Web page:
The Seventh Plague: Hail
Explanation and summary
The seventh plague of the 10 plagues that the God of the Israelites sent as judgment upon Egypt, through Moses, was a hailstorm, as recorded in the book of Exodus. In this plague, hailstorms kill all slaves and animals not brought under cover in response to the warning that this calamity was coming. These storms also destroyed vegetation. The Egyptian gods insulted by this plague include Seth (an earth god), Nut (the sky goddess), Serapis (the god of fire and water), and perhaps others as well.
Hail is rare in Egypt, but is not unknown. The writer has himself seen a very little, and has known of one instance when a considerable quantity of hail as large as small marbles fell. Lightning, also, is not as frequent in Egypt as in many semi-tropical countries, yet great electric storms sometimes occur. This plague is quite accurately dated in the seasons of the year (Exodus 9:31, Exodus 9:32). As the first plague was just before the rising of the Nile, so this one is evidently about 9 months later, when the new crops after the inundation were beginning to mature, January-February.
This plague also marks another great step forward in the revelation of Yahweh to Israel and to the Egyptians. First only His power was shown, then His wisdom in the timing of the plagues, and now His mercy appears in the warning to all godly-disposed Egyptians to save themselves, their herds and their servants by keeping all indoors (Exodus 9:19-21 ). Pharaoh also now distinctly acknowledged Yahweh (Exodus 9:27 ).
Biblical Text (KJV)
13 And the Lord said unto Moses, Rise up early in the morning, and stand before Pharaoh, and say unto him, Thus saith the Lord God of the Hebrews, Let my people go, that they may serve me.
14 For I will at this time send all my plagues upon thine heart, and upon thy servants, and upon thy people; that thou mayest know that there is none like me in all the earth.
15 For now I will stretch out my hand, that I may smite thee and thy people with pestilence; and thou shalt be cut off from the earth.
16 And in very deed for this cause have I raised thee up, for to shew in thee my power; and that my name may be declared throughout all the earth.
17 As yet exaltest thou thyself against my people, that thou wilt not let them go?
18 Behold, to morrow about this time I will cause it to rain a very grievous hail, such as hath not been in Egypt since the foundation thereof even until now.
19 Send therefore now, and gather thy cattle, and all that thou hast in the field; for upon every man and beast which shall be found in the field, and shall not be brought home, the hail shall come down upon them, and they shall die.
20 He that feared the word of the Lord among the servants of Pharaoh made his servants and his cattle flee into the houses:
21 And he that regarded not the word of the Lord left his servants and his cattle in the field.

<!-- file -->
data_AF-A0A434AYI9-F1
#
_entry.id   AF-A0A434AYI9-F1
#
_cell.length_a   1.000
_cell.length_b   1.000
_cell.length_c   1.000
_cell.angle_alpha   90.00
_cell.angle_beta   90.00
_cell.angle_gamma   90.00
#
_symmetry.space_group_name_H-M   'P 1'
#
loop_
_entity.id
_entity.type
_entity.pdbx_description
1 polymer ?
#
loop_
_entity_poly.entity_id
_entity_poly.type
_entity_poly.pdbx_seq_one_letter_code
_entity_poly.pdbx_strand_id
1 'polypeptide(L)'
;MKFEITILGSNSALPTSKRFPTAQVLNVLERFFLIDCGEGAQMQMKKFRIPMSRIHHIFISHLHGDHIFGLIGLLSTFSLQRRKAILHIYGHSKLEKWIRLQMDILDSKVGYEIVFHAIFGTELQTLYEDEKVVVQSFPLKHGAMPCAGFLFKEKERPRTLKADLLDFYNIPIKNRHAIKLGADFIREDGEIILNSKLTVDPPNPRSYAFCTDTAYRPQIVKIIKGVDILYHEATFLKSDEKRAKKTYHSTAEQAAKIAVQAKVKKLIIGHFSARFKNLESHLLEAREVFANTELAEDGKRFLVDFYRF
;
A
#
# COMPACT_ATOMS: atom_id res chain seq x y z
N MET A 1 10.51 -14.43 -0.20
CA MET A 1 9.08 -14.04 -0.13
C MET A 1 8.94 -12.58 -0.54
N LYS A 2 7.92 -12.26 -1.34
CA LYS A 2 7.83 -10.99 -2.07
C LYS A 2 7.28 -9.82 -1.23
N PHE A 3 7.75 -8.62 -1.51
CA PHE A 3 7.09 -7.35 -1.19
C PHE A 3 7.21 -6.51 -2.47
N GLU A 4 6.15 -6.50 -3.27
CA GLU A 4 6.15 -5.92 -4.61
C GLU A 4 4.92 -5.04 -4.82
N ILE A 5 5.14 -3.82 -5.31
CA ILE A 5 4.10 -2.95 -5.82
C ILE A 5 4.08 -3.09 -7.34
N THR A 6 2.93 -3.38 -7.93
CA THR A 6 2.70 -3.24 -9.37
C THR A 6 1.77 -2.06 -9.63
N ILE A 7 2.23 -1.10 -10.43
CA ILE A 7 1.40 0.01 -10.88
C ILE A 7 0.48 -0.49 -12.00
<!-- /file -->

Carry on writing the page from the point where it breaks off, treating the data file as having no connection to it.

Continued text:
22 And the Lord said unto Moses, Stretch forth thine hand toward heaven, that there may be hail in all the land of Egypt, upon man, and upon beast, and upon every herb of the field, throughout the land of Egypt.
23 And Moses stretched forth his rod toward heaven: and the Lord sent thunder and hail, and the fire ran along upon the ground; and the Lord rained hail upon the land of Egypt.
24 So there was hail, and fire mingled with the hail, very grievous, such as there was none like it in all the land of Egypt since it became a nation.
25 And the hail smote throughout all the land of Egypt all that was in the field, both man and beast; and the hail smote every herb of the field, and brake every tree of the field.
26 Only in the land of Goshen, where the children of Israel were, was there no hail.
27 And Pharaoh sent, and called for Moses and Aaron, and said unto them, I have sinned this time: the Lord is righteous, and I and my people are wicked.
28 Intreat the Lord (for it is enough) that there be no more mighty thunderings and hail; and I will let you go, and ye shall stay no longer.
29 And Moses said unto him, As soon as I am gone out of the city, I will spread abroad my hands unto the Lord; and the thunder shall cease, neither shall there be any more hail; that thou mayest know how that the earth is the Lord's.
30 But as for thee and thy servants, I know that ye will not yet fear the Lord God.
31 And the flax and the barley was smitten: for the barley was in the ear, and the flax was bolled.
32 But the wheat and the rie were not smitten: for they were not grown up.
33 And Moses went out of the city from Pharaoh, and spread abroad his hands unto the Lord: and the thunders and hail ceased, and the rain was not poured upon the earth.
34 And when Pharaoh saw that the rain and the hail and the thunders were ceased, he sinned yet more, and hardened his heart, he and his servants.
35 And the heart of Pharaoh was hardened, neither would he let the children of Israel go; as the Lordhad spoken by Moses.
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International Standard Bible Encyclopedia, which is in the public domain (with minor edits).